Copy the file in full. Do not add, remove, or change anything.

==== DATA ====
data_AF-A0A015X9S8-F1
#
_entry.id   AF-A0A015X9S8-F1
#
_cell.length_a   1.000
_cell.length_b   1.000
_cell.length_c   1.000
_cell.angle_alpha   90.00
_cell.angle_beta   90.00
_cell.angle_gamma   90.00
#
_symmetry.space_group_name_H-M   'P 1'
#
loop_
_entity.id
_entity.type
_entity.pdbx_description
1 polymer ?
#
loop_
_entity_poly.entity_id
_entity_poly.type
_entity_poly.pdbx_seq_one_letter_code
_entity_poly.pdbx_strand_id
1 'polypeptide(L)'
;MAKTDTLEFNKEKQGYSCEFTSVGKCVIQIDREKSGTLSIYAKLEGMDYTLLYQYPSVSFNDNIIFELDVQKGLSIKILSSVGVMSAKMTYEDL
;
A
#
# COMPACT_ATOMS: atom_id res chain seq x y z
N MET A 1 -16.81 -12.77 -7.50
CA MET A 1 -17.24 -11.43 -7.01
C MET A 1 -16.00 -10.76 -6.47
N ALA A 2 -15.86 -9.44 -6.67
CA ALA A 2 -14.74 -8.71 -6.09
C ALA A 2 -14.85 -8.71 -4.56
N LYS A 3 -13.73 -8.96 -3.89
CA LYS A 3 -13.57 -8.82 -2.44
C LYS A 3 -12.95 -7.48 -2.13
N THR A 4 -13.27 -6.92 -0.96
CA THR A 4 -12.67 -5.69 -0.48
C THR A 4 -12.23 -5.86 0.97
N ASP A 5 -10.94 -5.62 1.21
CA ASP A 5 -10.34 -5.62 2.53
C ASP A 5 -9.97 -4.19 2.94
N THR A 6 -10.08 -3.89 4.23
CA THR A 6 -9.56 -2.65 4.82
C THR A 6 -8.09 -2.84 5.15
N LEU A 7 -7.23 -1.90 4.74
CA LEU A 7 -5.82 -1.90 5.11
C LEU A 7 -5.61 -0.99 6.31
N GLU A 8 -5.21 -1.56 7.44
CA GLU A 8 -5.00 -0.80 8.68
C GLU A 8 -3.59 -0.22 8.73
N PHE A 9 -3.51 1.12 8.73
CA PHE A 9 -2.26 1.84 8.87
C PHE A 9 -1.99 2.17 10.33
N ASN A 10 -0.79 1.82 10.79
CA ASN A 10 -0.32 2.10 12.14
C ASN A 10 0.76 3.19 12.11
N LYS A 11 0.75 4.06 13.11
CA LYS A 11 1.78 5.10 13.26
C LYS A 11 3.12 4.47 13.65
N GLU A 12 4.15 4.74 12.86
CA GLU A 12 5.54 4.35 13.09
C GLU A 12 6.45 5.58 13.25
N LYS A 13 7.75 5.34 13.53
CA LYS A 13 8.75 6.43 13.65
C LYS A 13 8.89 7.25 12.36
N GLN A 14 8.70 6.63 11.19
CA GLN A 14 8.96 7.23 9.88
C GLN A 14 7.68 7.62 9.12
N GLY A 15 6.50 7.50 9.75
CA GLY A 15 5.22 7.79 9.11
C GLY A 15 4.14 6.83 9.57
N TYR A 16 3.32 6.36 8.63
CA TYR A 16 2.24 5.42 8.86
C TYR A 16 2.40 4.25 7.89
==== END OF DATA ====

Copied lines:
data_AF-A0A015X9S8-F1
#
_entry.id   AF-A0A015X9S8-F1
#
_cell.length_a   1.000
_cell.length_b   1.000
_cell.length_c   1.000
_cell.angle_alpha   90.00
_cell.angle_beta   90.00
_cell.angle_gamma   90.00
#
_symmetry.space_group_name_H-M   'P 1'
#
loop_
_entity.id
_entity.type
_entity.pdbx_description
1 polymer ?
#
loop_
_entity_poly.entity_id
_entity_poly.type
_entity_poly.pdbx_seq_one_letter_code
_entity_poly.pdbx_strand_id
1 'polypeptide(L)'
;MAKTDTLEFNKEKQGYSCEFTSVGKCVIQIDREKSGTLSIYAKLEGMDYTLLYQYPSVSFNDNIIFELDVQKGLSIKILSSVGVMSAKMTYEDL
;
A
#
# COMPACT_ATOMS: atom_id res chain seq x y z
N MET A 1 -16.81 -12.77 -7.50
CA MET A 1 -17.24 -11.43 -7.01
C MET A 1 -16.00 -10.76 -6.47
N ALA A 2 -15.86 -9.44 -6.67
CA ALA A 2 -14.74 -8.71 -6.09
C ALA A 2 -14.85 -8.71 -4.56
N LYS A 3 -13.73 -8.96 -3.89
CA LYS A 3 -13.57 -8.82 -2.44
C LYS A 3 -12.95 -7.48 -2.13
N THR A 4 -13.27 -6.92 -0.96
CA THR A 4 -12.67 -5.69 -0.48
C THR A 4 -12.23 -5.86 0.97
N ASP A 5 -10.94 -5.62 1.21
CA ASP A 5 -10.34 -5.62 2.53
C ASP A 5 -9.97 -4.19 2.94
N THR A 6 -10.08 -3.89 4.23
CA THR A 6 -9.56 -2.65 4.82
C THR A 6 -8.09 -2.84 5.15
N LEU A 7 -7.23 -1.90 4.74
CA LEU A 7 -5.82 -1.90 5.11
C LEU A 7 -5.61 -0.99 6.31
N GLU A 8 -5.21 -1.56 7.44
CA GLU A 8 -5.00 -0.80 8.68
C GLU A 8 -3.59 -0.22 8.73
N PHE A 9 -3.51 1.12 8.73
CA PHE A 9 -2.26 1.84 8.87
C PHE A 9 -1.99 2.17 10.33
N ASN A 10 -0.79 1.82 10.79
CA ASN A 10 -0.32 2.10 12.14
C ASN A 10 0.76 3.19 12.11
N LYS A 11 0.75 4.06 13.11
CA LYS A 11 1.78 5.10 13.26
C LYS A 11 3.12 4.47 13.65
N GLU A 12 4.15 4.74 12.86
CA GLU A 12 5.54 4.35 13.09
C GLU A 12 6.45 5.58 13.25
N LYS A 13 7.75 5.34 13.53
CA LYS A 13 8.75 6.43 13.65
C LYS A 13 8.89 7.25 12.36
N GLN A 14 8.70 6.63 11.19
CA GLN A 14 8.96 7.23 9.88
C GLN A 14 7.68 7.62 9.12
N GLY A 15 6.50 7.50 9.75
CA GLY A 15 5.22 7.79 9.11
C GLY A 15 4.14 6.83 9.57
N TYR A 16 3.32 6.36 8.63
CA TYR A 16 2.24 5.42 8.86
C TYR A 16 2.40 4.25 7.89